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Shakirin Mosque in Istanbul

Shakirin Mosque in Istanbul.

There are so many ancient mosques in Istanbul that such religious structures created recently can hardly be regarded as city landmarks. However, there are pleasant exceptions.

In May 2009, a new Şakirin mosque (Şakirin Camii) was opened for the faithful in one of the most religious districts of Istanbul, Yuskudar, near the entrance to the largest cemetery in the city. It was donated by a Turkish-Arab family living permanently in London. This is how the memory of Ibrahim and Semih Shakir was commemorated by their three children (Gazi, Hasan, and Hada). The construction of the religious complex, with a total area of about 10,000 square meters, lasted four and a half years.

Two minarets rose to a height of 35 m, the dome of the structure, 39.6 m in diameter, was made of a composite aluminum alloy, and the usually wooden minbar was made of a composite acrylic material. The turquoise niche of the mihrab, facing Mecca, resembles a seashell. The chandelier, made of plexiglass, metal, mirrors and glass, bears the 99 names of Allah. The prayer hall can seat 500 people.

Although the Shakirin Mosque retains elements of classical Turkish architecture, it is called the most modern mosque in Turkey.

After all, a team of talented masters in their fields worked on the project, from the architectural plan, to details such as interior decoration, decoration, calligraphy, stained glass, lighting, etc.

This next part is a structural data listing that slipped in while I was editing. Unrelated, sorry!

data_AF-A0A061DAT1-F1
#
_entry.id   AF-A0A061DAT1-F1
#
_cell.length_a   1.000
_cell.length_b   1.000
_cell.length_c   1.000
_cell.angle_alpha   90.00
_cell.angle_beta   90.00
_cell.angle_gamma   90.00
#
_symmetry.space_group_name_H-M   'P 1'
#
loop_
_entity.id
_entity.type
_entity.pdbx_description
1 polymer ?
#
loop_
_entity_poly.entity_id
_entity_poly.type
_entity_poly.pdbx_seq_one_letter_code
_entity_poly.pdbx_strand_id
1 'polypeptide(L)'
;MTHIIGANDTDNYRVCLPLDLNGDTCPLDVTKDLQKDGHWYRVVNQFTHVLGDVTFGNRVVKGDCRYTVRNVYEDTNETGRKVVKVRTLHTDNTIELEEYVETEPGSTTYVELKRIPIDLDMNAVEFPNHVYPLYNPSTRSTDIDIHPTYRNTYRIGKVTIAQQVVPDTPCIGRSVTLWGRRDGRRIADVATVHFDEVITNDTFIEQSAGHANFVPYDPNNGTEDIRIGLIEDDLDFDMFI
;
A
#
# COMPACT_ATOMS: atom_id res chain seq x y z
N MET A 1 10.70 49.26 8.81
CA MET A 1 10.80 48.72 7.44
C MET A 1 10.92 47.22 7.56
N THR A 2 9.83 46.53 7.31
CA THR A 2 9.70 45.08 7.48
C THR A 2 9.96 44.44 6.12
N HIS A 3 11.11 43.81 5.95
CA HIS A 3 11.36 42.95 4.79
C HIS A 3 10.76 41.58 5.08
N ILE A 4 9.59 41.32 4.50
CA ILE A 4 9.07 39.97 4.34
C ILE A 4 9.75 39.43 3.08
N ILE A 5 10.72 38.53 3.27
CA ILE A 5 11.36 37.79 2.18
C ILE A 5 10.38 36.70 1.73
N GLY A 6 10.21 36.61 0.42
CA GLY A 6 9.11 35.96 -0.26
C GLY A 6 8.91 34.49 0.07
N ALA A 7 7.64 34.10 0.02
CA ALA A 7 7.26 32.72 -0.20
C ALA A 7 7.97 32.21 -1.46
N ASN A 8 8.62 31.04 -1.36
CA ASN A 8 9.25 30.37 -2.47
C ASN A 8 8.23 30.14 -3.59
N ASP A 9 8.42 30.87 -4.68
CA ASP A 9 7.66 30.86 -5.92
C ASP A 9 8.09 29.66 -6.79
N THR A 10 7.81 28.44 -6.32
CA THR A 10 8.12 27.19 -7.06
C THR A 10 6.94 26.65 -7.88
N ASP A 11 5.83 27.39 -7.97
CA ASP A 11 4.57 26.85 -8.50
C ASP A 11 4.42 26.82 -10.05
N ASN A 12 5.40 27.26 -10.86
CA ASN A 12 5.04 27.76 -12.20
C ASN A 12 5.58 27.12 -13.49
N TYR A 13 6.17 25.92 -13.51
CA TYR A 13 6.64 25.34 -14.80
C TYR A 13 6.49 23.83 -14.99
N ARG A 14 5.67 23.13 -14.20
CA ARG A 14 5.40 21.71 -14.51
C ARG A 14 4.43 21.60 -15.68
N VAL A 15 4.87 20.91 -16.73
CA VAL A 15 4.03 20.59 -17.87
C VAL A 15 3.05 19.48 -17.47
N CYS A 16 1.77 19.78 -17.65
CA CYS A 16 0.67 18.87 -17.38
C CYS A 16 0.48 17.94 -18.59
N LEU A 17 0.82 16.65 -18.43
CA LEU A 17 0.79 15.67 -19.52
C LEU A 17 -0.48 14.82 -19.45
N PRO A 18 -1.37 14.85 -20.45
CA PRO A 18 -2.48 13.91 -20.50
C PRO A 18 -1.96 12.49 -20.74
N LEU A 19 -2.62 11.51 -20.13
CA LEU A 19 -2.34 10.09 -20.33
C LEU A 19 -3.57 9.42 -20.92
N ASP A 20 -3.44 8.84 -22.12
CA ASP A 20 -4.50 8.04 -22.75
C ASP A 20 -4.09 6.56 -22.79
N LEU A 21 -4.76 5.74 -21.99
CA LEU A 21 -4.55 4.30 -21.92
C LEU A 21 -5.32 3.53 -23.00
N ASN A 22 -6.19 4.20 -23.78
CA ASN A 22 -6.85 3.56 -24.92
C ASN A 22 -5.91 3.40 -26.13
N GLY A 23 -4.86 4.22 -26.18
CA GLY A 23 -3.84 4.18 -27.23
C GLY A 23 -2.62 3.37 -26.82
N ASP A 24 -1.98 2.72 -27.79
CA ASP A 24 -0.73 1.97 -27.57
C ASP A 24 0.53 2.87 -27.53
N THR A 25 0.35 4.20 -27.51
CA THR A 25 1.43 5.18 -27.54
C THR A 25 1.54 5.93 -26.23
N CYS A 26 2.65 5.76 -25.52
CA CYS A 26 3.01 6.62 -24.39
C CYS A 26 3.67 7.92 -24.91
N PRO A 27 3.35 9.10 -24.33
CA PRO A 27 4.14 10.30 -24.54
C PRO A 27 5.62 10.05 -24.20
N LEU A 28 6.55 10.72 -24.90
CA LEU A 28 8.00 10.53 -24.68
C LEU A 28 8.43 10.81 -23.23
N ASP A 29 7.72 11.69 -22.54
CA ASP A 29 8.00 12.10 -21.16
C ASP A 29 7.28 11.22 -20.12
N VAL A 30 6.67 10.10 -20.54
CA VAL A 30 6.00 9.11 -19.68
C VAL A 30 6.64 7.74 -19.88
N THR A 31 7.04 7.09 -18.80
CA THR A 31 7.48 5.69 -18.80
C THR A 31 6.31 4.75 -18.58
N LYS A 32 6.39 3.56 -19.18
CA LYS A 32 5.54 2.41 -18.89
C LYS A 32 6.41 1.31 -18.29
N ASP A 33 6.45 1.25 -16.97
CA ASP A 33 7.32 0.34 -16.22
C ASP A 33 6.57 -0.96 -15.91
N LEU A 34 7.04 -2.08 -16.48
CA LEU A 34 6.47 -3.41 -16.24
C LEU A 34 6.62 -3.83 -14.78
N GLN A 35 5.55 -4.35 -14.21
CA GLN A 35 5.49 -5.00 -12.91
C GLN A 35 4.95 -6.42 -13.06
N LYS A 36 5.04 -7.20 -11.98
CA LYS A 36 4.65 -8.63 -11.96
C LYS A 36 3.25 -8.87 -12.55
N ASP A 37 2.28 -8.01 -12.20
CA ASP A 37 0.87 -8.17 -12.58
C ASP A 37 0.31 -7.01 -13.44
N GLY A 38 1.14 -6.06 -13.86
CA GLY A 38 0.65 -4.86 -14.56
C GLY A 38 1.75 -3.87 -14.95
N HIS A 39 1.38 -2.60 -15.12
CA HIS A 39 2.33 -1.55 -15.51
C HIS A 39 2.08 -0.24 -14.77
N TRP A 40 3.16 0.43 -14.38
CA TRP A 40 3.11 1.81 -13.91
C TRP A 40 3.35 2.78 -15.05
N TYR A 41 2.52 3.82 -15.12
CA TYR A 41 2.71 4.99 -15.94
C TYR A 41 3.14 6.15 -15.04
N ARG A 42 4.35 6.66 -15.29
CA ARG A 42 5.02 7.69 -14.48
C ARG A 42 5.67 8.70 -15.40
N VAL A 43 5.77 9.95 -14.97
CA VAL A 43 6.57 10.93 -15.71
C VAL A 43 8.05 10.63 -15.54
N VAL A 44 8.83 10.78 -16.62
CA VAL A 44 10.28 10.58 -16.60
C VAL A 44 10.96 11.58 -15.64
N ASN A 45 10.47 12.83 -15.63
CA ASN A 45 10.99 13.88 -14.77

Among the authors of the project is the architect Hüsrev Tayla, one of whose most monumental works was the Kocatepe Mosque (1987) in Kızılay, Ankara. But the most interesting thing is that the interior of the Shakirin Mosque was designed by a woman, Zeynep Fadıllıoğlu.

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Until recently she was mostly known for decorating nightclubs, restaurants and private homes in Istanbul, for which she received the Andrew Martin International Interior Design Review Award. It is worth noting that, for example, The Times magazine calls this award “the Oscar in the world of interior design”.

A distinctive feature of the avant-garde interior of the Shakirin mosque was the abundance of glass – this material is used on three sides of the mosque walls. The plan of the Shakirin Mosque provides for a small museum to display Islamic art objects.

Among them may be one of the main Muslim relics – a special blanket (kiswa) with embroidered in gold sayings from the Koran, which annually cover the Kaaba in Mecca. The Shakir family bought the relic at a Sotheby’s auction in London for almost a million dollars. The total value of the Shakirin mosque itself, which combines tradition with modernity, was not disclosed.